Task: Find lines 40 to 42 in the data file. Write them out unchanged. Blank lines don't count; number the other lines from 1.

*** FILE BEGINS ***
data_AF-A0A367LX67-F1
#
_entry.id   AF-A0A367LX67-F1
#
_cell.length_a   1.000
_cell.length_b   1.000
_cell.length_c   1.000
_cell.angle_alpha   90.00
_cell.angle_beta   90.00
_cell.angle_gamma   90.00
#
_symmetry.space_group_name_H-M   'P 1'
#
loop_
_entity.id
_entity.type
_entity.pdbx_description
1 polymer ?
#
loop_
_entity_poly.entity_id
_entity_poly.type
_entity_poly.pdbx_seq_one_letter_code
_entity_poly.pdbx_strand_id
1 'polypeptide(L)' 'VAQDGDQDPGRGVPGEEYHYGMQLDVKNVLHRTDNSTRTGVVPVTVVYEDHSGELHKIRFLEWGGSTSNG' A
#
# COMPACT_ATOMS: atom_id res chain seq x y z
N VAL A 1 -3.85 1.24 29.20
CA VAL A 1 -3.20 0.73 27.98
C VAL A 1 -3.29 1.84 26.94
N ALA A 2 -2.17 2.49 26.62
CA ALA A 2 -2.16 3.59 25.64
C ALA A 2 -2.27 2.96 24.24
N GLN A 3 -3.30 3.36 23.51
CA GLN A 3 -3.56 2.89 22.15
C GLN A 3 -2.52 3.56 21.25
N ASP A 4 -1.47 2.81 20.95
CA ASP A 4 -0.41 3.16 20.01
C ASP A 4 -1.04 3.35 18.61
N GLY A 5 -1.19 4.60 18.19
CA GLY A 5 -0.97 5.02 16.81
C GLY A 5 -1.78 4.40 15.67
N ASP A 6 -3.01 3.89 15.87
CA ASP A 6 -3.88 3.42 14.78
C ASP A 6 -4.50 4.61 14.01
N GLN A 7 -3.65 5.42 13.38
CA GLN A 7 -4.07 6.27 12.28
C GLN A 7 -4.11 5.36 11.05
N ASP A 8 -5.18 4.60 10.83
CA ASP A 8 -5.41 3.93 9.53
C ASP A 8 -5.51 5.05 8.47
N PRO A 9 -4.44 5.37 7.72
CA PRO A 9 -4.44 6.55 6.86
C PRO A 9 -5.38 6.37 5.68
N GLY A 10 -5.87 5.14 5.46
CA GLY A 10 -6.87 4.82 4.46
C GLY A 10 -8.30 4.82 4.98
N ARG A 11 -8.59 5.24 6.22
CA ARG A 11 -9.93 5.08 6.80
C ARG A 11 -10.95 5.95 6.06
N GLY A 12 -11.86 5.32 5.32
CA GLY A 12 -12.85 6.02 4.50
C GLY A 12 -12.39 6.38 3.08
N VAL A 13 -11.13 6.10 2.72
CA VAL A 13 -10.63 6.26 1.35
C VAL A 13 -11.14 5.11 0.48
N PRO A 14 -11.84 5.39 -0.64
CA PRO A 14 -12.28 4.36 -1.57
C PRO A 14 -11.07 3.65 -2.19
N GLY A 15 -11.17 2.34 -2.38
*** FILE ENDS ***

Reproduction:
N GLY A 5 -1.19 4.60 18.19
CA GLY A 5 -0.97 5.02 16.81
C GLY A 5 -1.78 4.40 15.67